It has now been found that slow-release chemotherapeutic films that are outstandingly suitable for the treatment of periodontal disease may be made by dispersing chemotherapeutic agents in composite materials similar to those disclosed in EP-A-0194192.
Accordingly, the present invention provides a composite material for use in the treatment of periodontal disease, the composite material comprising a collagen matrix reinforced with a layer of a bioabsorbable polymer and having a chemotherapeutic agent dispersed therein.
Preferably, the collagen is reinforced by a layer of a synthetic bioabsorbable material or a modified cellulose or an alginate. The layer may be in the form of a continuous or perforated sheet or web. Preferably, the layer is a mesh of woven, nonwoven or knitted fibres. Preferred bioabsorbable polymers include suture materials such as copolymers of lactic acid and glycolic acid, or oxidised regenerated cellulose. A particularly preferred synthetic bioabsorbable polymer is the polylactic/polyglycolic acid copolymer sold under the Registered Trade Mark VICRYL. Also particularly preferred is the oxidised regenerated cellulose mesh sold under the Registered Trade Mark SURGICEL.
The collagen matrix may comprise insoluble Type I and/or Type III collagen fibres. Alternatively or additionally the collagen matrix may comprise soluble collagen, such as gelatin or atelocollagen or acid soluble collagen, or even collagen fibres reconstituted from these soluble collagens. The collagen may be obtained from any animal, fish or avian source, but is preferably obtained from bovine corium.
The relative amounts of collagen and bioabsorbable polymer mesh in the composite materials according to the present invention may vary widely, depending on the physical characteristics and the rate of dissolution of the composite material that are required. The composite preferably comprises from 10% to 95% by weight of collagen and more preferably 20% to 60% by weight of collagen.
The chemotherapeutic agent may comprise an antibiotic such as tetracycline, neomycin or metranidazole. Alternatively or additionally the chemotherapeutic agent may comprise a local anaesthetic such as benzocaine or lidocaine. Alternatively or additionally the chemotherapeutic agent may comprise an antiseptic such as iodine, chlorhexidine or a phenolic antiseptic. Alternatively or additionally the chemotherapeutic agent may comprise an anti-inflammatory such as hydrocortisone or indomethacin.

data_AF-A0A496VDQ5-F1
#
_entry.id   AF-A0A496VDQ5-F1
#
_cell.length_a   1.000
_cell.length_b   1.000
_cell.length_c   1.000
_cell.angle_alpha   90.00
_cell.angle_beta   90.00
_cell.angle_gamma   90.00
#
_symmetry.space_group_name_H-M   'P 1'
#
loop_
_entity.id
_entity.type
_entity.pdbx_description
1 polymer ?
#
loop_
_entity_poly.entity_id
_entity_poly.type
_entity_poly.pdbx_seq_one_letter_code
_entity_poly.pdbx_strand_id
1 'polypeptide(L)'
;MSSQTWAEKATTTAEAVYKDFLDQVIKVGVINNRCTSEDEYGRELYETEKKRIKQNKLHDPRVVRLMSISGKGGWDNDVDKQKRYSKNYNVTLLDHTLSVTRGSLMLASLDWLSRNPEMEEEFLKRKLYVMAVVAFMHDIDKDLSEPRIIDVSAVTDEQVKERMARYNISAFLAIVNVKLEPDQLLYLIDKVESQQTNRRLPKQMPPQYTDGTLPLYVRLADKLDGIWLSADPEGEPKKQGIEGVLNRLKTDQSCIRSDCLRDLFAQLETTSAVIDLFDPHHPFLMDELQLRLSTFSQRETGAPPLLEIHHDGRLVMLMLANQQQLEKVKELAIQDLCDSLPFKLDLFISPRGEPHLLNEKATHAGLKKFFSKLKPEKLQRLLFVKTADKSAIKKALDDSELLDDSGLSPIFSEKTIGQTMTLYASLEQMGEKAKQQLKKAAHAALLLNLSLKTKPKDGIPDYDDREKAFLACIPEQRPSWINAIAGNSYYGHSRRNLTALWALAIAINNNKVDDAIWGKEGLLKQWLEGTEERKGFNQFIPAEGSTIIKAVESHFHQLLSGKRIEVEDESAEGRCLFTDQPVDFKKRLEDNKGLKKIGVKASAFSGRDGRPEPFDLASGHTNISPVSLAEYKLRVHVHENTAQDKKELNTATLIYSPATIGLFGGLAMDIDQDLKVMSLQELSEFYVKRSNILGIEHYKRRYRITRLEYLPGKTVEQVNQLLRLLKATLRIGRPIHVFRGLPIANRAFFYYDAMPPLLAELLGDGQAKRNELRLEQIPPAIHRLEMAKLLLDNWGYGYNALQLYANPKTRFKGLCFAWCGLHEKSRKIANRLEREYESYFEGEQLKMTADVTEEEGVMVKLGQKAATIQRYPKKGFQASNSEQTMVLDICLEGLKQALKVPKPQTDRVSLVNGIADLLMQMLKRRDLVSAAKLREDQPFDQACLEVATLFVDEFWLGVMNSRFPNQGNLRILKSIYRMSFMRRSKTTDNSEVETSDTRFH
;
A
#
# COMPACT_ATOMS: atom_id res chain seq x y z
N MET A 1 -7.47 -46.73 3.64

The chemotherapeutic agent is preferably dispersed in the collagen matrix, but it may alternatively or additionally be dispersed in the material of the reinforcing layer. Different chemotherapeutic agents may be dispersed in the collagen matrix and the reinforcing layer so as to achieve phasic release of the different chemotherapeutic agents.
The chemotherapeutic agent is preferably present in an amount of 0.01% to 10% by weight based on the weight of the composite material. More preferably, the chemotherapeutic agent is present in an amount of from 0.1% to 5% by weight based on the weight of the composite material.
The collagen matrix preferably also contains up to 5% by weight, based on the weight of the composite, of an anionic polysaccharide such as an alginate or a glycosaminoglycan, for example hyaluronic acid or chondroitin sulphate. These anionic polysaccharides have soothing and humectant properties and are believed to assist wound healing.
The collagen matrix preferably also contains up to 20% by weight based on the weight of the composite of a plasticiser. Preferred plasticisers include the polyhydric alcohols such as glycerol.
In preferred embodiments the collagen matrix may also contain a dispersed oil phase. That is to say, the collagen matrix may have microdroplets of an oil distributed through it. It has been found that incorporation of such an oil phase into the collagen matrix reduces the rate of absorption of the composite material when implanted in the periodontal pocket, and also reduces the rate of release of the chemotherapeutic agent. As a result, incorporation of the oil phase permits even greater control over the sustained release of the chemotherapeutic agent. Furthermore, the oil phase provides an excellent vehicle for hydrophobic chemotherapeutic agents such as metranidazole.